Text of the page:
The UK government has decided to pump the brakes on fracking until new evidence turns up to suggest that it's safe.
Seems like something you might have wanted to secure before allowing fracking to take place, but whatever. The decision was most likely influenced by all of the Cuadrilla palaver that saw a number of earthquakes roll out at the Preston New Road site, the country's only active fracking site until work was halted and the company demobilised last month.
The Oil and Gas Authority's report (OGA) on the Lancashire site stated that further seismic activity as a result of fracking couldn't be ruled out, and that it wasn't possible to predict the frequency of them either. Cuadrilla had to deal with the fallout of its own earthquakes by compensating locals for damages incurred, although it was pretty vocal about accusing residents of playing silly buggers in an attempt to get the company to fork out for existing property damage.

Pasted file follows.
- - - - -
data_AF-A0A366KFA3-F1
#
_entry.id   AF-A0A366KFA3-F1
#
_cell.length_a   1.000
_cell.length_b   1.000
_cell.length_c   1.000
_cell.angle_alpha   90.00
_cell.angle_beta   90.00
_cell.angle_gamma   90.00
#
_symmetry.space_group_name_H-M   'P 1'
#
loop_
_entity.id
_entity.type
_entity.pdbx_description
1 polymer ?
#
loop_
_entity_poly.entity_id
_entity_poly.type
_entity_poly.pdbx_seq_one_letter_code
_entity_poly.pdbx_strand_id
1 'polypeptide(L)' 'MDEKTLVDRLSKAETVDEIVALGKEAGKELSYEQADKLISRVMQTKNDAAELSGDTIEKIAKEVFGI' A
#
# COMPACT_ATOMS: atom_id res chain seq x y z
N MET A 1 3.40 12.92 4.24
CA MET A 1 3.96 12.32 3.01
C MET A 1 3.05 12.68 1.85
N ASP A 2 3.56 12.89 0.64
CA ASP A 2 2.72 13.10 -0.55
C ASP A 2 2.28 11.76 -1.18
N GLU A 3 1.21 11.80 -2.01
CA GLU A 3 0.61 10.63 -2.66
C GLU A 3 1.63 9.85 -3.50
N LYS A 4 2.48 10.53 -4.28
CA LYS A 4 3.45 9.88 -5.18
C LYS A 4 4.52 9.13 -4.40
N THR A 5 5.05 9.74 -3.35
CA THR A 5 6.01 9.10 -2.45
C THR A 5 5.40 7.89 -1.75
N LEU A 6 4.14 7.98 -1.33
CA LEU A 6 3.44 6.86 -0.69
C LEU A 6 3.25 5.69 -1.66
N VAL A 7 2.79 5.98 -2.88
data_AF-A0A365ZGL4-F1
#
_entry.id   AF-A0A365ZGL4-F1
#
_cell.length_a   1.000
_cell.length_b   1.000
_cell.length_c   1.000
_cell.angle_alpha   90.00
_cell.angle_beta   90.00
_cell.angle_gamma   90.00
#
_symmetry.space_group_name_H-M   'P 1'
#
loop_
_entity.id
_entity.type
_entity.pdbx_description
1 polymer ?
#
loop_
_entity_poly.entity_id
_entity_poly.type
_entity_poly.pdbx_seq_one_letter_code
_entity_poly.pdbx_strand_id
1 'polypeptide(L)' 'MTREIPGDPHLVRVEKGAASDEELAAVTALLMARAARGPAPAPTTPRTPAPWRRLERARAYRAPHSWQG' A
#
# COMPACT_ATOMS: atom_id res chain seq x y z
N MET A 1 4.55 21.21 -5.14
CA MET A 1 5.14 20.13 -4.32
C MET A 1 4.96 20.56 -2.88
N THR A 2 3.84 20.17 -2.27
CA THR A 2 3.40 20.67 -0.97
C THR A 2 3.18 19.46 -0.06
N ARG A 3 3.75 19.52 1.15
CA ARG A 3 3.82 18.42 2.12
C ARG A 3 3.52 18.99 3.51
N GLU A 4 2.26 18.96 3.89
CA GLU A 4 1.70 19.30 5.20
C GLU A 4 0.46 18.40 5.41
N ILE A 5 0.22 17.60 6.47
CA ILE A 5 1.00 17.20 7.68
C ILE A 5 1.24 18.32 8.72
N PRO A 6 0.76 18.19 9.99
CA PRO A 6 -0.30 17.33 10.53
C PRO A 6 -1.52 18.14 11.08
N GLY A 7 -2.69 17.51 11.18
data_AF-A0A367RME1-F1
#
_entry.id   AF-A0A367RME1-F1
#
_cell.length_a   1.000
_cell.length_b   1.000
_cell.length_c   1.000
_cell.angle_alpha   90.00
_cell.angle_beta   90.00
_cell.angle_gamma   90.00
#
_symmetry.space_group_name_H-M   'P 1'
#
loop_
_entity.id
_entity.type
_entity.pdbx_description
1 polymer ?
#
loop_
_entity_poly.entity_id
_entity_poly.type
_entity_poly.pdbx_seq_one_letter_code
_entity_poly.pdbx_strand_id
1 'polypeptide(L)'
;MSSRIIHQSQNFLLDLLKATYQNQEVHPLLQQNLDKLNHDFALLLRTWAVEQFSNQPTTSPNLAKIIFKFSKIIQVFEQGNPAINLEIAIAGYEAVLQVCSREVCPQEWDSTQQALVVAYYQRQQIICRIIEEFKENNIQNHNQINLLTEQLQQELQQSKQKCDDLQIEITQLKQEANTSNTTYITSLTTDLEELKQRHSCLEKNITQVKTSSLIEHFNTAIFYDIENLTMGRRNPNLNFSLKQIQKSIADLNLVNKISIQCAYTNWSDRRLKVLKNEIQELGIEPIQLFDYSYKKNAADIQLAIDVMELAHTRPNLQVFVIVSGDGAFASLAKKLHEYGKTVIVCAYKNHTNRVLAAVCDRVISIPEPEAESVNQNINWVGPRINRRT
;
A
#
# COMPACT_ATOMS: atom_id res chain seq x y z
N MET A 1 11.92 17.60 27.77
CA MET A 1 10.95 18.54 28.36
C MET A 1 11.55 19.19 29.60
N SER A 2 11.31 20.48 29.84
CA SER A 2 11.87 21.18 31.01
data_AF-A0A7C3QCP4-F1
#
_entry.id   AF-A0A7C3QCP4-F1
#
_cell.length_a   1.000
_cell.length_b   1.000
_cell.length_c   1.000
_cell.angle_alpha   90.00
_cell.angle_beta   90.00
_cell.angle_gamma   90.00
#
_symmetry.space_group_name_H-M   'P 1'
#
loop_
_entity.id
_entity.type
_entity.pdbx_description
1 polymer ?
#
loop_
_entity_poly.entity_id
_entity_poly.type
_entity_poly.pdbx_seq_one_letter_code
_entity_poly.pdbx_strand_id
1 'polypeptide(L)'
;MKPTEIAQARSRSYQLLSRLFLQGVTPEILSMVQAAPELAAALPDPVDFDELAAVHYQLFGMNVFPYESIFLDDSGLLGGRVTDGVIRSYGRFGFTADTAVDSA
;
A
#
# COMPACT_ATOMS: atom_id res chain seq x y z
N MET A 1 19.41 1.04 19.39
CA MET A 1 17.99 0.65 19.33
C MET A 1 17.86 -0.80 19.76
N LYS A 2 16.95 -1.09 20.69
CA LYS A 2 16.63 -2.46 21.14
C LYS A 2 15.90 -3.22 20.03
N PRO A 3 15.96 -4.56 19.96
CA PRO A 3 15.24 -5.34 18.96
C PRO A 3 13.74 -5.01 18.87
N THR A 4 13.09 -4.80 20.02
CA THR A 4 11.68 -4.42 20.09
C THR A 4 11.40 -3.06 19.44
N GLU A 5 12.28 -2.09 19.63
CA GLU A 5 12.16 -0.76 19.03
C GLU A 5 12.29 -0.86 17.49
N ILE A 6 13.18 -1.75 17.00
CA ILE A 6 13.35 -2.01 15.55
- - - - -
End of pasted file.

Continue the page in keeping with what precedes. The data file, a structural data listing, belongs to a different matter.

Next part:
As a result of the report, the government has out the kibosh on fracking "until compelling new evidence is provided” that it's safe, prompting Rebecca Newsom, head of politics at Greenpeace UK, to comment that it's “been clear for some time that the government’s big bet on fracking is bust”.
While the decision is being celebrated by activists and those opposed to fracking, Jeremy Corbyn has called the temporary halt "an election stunt," saying that Labour will ban fracking permanently. So make of that what you will. [The Guardian]
This post originally appeared on Gizmodo UK, which is gobbling up the news in a different timezone.